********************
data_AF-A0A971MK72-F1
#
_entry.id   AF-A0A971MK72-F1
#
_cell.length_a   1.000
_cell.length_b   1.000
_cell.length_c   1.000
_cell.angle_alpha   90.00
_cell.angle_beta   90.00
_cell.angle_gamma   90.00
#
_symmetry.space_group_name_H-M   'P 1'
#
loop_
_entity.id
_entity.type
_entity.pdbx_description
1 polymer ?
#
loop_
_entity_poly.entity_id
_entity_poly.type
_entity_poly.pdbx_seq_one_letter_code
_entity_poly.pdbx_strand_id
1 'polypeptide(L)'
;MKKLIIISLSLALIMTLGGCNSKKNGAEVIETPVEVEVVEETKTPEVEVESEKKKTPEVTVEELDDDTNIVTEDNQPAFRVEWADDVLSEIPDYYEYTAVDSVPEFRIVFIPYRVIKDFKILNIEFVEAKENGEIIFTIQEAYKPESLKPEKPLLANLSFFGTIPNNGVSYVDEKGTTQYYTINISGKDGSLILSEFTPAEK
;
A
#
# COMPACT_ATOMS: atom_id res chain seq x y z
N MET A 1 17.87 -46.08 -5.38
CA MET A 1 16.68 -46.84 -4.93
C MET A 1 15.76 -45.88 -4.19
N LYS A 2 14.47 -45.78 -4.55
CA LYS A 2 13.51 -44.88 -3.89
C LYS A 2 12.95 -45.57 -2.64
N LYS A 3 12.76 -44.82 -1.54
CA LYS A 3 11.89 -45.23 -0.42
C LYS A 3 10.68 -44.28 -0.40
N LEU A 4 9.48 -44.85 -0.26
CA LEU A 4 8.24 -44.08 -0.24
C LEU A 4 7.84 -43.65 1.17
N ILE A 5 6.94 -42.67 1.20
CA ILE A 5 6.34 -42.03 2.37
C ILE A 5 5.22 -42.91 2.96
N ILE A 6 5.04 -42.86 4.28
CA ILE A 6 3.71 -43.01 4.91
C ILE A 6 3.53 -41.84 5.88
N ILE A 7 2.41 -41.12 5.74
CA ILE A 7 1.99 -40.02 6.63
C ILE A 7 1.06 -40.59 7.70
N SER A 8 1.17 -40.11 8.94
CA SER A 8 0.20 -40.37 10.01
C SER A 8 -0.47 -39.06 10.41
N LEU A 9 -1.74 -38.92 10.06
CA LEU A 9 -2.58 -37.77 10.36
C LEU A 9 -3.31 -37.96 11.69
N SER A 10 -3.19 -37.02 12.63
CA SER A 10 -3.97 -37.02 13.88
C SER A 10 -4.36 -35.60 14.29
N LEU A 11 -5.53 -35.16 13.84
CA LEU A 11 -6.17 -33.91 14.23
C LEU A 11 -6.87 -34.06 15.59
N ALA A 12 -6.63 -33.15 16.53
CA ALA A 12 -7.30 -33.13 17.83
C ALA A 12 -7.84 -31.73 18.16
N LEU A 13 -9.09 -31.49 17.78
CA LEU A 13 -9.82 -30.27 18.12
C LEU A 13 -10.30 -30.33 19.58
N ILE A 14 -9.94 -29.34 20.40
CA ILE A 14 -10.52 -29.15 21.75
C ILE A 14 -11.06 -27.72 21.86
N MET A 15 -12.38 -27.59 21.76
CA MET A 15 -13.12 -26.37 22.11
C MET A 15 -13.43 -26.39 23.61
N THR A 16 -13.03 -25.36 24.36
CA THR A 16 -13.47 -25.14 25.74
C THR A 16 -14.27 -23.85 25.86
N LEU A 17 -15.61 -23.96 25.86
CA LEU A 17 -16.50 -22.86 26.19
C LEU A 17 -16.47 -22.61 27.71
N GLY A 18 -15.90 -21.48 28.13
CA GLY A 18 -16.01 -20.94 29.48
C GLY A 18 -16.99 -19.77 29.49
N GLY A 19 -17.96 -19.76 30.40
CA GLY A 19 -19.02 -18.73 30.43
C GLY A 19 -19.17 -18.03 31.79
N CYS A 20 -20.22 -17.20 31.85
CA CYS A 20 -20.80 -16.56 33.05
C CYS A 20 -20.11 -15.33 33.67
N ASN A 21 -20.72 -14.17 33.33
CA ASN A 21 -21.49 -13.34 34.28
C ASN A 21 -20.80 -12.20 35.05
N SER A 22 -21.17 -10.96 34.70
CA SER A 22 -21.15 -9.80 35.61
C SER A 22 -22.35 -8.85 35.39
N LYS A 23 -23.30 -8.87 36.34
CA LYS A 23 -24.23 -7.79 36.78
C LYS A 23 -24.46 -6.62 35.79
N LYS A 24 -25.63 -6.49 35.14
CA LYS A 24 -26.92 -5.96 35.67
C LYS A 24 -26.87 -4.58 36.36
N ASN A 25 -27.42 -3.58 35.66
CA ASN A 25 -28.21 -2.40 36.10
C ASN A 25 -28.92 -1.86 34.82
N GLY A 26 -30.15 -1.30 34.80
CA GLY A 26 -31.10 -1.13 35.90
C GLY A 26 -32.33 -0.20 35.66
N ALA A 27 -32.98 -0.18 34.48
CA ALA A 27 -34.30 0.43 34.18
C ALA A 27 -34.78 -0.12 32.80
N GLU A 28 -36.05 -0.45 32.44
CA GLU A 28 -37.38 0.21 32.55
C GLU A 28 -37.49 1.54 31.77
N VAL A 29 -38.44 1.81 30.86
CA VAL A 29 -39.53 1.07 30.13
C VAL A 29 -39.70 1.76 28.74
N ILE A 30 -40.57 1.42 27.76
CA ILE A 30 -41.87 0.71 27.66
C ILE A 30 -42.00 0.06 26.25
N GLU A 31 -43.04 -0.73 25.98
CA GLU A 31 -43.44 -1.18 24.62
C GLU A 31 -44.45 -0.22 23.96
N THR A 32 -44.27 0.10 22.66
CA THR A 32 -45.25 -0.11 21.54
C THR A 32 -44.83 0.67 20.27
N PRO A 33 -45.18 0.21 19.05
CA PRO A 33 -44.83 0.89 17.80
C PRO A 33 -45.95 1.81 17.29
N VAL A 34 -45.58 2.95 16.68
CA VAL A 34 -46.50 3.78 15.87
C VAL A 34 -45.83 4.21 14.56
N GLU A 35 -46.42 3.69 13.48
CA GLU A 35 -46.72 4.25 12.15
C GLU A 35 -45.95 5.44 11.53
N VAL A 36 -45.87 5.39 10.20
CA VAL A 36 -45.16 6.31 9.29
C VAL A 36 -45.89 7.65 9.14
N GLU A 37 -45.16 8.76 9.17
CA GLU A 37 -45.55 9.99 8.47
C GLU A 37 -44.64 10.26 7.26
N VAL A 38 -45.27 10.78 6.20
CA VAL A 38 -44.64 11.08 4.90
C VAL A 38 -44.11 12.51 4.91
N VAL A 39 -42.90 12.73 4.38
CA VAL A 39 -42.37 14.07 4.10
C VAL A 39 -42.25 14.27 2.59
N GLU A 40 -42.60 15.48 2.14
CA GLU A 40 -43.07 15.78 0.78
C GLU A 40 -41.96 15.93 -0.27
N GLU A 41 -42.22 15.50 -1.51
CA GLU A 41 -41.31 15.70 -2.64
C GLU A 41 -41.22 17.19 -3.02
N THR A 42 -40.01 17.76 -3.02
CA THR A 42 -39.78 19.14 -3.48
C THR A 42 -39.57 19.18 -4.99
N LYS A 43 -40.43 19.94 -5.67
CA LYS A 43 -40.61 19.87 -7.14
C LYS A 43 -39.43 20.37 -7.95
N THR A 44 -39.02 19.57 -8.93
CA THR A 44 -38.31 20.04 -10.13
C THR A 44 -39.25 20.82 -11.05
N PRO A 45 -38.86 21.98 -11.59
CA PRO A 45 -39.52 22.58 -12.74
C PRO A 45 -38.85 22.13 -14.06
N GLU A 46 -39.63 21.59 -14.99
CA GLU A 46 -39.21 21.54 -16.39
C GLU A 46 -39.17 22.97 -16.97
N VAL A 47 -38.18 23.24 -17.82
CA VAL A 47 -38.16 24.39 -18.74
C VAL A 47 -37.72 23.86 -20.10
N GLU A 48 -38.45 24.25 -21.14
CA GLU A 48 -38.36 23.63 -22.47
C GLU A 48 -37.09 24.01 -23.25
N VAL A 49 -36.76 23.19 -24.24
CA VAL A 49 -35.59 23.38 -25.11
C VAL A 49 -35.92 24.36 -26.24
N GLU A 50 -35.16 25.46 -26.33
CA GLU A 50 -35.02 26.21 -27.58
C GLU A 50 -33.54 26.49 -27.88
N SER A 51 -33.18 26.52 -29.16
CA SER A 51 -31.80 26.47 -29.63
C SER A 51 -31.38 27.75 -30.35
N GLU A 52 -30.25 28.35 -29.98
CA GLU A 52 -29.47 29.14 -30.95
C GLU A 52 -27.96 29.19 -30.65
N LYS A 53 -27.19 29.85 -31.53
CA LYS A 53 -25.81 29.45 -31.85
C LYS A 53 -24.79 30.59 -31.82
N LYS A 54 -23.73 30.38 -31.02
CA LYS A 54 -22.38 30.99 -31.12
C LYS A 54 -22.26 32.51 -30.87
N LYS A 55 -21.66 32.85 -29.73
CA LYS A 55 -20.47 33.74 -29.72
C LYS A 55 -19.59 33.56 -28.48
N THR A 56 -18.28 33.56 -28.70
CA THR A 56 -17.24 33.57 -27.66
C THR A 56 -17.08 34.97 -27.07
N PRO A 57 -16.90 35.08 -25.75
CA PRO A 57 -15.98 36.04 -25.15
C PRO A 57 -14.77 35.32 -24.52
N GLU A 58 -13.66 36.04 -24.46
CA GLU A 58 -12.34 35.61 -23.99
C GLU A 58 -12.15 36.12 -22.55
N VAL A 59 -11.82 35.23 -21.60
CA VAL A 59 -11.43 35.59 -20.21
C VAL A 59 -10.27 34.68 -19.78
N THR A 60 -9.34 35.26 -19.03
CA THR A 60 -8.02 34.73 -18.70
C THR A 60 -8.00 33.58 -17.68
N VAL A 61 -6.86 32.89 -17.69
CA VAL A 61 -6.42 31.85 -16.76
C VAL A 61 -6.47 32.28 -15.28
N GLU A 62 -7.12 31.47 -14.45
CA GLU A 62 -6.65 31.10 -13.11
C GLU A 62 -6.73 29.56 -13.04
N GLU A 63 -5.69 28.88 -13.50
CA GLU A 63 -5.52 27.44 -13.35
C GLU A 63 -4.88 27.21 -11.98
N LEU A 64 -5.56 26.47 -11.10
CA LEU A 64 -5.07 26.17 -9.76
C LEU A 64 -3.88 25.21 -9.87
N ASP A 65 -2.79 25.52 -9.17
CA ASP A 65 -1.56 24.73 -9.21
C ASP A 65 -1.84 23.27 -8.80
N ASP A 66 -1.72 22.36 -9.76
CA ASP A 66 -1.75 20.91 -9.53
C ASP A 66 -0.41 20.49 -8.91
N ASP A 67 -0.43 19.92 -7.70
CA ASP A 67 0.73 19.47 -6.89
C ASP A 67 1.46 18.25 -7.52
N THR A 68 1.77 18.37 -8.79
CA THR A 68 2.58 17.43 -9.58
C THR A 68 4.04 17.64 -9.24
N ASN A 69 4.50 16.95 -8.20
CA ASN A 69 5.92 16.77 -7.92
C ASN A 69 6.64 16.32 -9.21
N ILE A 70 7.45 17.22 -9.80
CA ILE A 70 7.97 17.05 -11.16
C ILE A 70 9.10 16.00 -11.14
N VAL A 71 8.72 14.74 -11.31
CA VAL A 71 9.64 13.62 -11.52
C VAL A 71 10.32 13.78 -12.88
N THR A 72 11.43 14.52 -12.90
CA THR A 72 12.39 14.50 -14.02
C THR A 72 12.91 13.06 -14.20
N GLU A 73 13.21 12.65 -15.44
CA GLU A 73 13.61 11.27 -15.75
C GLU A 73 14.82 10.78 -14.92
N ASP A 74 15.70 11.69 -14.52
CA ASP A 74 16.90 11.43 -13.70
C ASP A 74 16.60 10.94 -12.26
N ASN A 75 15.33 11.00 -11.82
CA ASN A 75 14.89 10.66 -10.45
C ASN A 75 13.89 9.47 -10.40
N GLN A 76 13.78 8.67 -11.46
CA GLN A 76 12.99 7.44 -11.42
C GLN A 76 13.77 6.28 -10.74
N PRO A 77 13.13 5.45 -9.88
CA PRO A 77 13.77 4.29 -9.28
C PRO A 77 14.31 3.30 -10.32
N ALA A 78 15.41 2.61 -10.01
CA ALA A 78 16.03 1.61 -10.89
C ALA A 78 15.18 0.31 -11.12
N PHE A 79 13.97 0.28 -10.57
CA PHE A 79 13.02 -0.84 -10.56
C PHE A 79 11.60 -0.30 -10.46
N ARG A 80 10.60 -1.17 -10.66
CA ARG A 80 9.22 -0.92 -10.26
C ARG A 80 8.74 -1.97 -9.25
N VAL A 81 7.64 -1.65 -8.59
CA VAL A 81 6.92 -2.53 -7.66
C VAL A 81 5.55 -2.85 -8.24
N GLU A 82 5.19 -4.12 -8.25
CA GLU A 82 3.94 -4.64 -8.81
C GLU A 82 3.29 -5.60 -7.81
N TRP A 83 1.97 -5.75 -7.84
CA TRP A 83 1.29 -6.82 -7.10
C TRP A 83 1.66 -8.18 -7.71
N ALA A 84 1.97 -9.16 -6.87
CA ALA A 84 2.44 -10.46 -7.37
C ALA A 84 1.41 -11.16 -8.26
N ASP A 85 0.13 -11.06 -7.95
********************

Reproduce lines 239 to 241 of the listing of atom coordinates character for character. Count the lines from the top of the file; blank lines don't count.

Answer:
CA ILE A 70 7.97 17.05 -11.16
C ILE A 70 9.10 16.00 -11.14
N VAL A 71 8.72 14.74 -11.31